Decision likely to dampen concerns from developing countries but critics say 20% reduction target should be raised
By Ed King
The European Union has announced plans to formally ratify an extension to the Kyoto Protocol that was agreed at last year’s UN climate summit in Doha.
In a statement the European Commission said it would start work to ensure the 20% reduction in combined greenhouse gas emissions between 2013-2020 was legally adopted.
“By formally ratifying the second phase, Europe will help to bring it into force at international level as soon as possible,” said EU Climate Commissioner Connie Hedegaard.
“I am confident that the European Parliament, Council, Member States and Iceland will complete the respective ratification procedures as soon as feasible.”
RTCC understands it will take at least three-quarters of a year before the EU passes the extension into law. The national legislatures of the 28 member states will also have to accept the amended treaty.
— Christiana Figueres (@CFigueres) November 7, 2013
Kyoto is currently the world’s only legally binding climate change treaty, but only covers around 14% of global greenhouse gas emissions.
Last year Japan, Russia, New Zealand and Canada declined to support an extension to the Protocol, while major emitters like the USA, China and India are not bound by any commitments.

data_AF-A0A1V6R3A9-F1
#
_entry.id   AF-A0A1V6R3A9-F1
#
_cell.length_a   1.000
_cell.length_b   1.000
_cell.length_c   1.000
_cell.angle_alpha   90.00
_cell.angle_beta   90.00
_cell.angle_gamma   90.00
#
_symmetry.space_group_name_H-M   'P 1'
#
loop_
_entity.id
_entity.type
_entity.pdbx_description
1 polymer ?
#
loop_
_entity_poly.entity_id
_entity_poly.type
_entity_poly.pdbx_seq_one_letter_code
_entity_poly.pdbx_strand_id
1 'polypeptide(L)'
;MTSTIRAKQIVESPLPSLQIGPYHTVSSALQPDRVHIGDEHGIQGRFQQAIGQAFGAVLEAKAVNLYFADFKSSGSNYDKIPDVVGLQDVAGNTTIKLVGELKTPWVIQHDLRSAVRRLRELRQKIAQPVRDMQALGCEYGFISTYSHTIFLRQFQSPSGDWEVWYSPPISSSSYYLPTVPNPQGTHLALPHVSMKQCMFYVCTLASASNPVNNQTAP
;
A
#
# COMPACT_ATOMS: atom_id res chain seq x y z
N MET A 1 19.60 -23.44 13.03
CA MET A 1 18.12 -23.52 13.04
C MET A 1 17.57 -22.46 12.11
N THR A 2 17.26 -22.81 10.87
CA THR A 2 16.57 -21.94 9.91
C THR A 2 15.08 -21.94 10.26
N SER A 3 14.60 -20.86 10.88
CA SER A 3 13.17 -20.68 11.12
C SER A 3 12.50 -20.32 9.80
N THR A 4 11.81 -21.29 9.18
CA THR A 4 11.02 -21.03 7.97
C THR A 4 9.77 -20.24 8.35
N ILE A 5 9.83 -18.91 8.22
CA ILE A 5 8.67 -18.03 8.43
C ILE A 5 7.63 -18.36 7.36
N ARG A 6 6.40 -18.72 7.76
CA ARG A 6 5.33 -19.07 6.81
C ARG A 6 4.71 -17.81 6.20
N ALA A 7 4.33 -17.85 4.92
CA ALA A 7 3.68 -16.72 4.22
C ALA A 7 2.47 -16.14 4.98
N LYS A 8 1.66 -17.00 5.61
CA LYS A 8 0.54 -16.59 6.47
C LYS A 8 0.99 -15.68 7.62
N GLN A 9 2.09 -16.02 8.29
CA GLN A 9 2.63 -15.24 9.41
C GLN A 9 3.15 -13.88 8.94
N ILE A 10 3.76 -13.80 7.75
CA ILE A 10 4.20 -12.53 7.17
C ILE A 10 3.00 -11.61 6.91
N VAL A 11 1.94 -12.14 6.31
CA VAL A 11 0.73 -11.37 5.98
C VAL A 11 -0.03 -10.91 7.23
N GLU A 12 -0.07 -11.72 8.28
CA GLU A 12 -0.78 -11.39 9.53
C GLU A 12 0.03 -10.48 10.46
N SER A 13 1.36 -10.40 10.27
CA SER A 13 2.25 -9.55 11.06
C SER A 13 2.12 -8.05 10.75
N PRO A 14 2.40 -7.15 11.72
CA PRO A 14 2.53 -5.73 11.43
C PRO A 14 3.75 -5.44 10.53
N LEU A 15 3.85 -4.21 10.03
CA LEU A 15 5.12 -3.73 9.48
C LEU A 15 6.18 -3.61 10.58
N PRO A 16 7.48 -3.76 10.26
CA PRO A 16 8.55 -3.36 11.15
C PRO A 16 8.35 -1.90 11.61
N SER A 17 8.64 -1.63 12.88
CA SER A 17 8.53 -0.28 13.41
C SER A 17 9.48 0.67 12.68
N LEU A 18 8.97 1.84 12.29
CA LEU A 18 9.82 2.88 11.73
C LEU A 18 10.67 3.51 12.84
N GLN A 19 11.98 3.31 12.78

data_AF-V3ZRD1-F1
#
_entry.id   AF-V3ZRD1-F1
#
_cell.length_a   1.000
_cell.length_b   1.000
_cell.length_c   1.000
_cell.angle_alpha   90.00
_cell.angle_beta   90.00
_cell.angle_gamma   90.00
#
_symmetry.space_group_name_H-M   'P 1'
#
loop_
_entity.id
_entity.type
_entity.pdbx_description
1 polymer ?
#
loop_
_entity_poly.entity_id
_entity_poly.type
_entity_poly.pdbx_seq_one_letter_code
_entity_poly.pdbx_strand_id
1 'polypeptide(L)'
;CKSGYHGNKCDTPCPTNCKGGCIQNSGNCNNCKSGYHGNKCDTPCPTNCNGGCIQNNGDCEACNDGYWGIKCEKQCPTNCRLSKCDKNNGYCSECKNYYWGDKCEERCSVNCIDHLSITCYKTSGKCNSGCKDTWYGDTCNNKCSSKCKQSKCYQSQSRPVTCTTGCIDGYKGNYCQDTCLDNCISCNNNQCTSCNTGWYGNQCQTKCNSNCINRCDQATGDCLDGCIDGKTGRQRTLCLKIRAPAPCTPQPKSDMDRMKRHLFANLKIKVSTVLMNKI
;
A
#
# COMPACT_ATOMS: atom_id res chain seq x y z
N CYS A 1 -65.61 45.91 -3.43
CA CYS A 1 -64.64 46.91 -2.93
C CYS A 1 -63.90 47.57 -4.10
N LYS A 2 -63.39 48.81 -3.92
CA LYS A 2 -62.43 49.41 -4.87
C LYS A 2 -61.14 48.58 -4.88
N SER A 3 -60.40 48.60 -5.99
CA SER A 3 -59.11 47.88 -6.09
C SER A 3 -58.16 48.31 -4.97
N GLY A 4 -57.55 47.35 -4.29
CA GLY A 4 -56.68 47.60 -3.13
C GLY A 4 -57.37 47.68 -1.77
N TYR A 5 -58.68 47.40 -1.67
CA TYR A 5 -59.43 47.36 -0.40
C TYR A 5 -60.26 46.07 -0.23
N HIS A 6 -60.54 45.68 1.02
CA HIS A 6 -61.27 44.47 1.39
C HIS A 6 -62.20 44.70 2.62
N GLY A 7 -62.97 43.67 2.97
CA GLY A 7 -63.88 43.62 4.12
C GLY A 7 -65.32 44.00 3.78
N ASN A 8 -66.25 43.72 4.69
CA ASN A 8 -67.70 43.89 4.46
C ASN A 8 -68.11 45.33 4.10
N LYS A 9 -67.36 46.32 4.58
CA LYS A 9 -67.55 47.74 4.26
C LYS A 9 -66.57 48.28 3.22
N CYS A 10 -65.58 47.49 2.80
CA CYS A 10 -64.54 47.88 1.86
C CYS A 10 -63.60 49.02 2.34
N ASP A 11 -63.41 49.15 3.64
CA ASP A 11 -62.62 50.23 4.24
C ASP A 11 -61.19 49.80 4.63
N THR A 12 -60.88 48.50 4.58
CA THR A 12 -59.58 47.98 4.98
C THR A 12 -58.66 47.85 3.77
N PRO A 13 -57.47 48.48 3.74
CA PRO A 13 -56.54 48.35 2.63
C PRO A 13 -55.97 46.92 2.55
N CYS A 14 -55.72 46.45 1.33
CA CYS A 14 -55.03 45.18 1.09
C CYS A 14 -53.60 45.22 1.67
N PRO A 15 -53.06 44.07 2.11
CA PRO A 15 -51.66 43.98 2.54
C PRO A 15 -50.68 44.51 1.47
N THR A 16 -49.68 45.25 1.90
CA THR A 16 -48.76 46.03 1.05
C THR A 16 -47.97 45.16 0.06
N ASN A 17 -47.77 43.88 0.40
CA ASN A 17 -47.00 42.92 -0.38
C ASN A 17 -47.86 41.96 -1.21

The European Commission’s announcement will answer critics in emerging economies from the developing world who questioned its desire to adopt an extension to Kyoto, but many analysts say the EU needs to raise its emission reduction targets above 20%.
“The formal signal of ratification is an important sign of trust for a lot of the emerging economies from the developing world, but on the other hand the level of ambition the EU is planning to ratify is not enough to mitigate global warming below 2C,” said Greenpeace’s EU climate analyst Martin Kaiser.
“What we know is that this process will last around three-quarters of a year to get ratification in the European Union alone, and overall there are about 140 countries which need to ratify the Kyoto Protocol.”
The EU is expected to review its climate targets in early 2014.
A green paper released by the UK Government last month proposes a 2030 reduction target of 50% on 1990 levels which it says is “affordable” and offers “non-climate effects such as improved air quality or energy security”. UN climate summit host Poland is known to favour a lower commitment.
According to the UN climate website only Barbados, Mauritius and the United Arab Emirates have so far ratified the Kyoto amendment.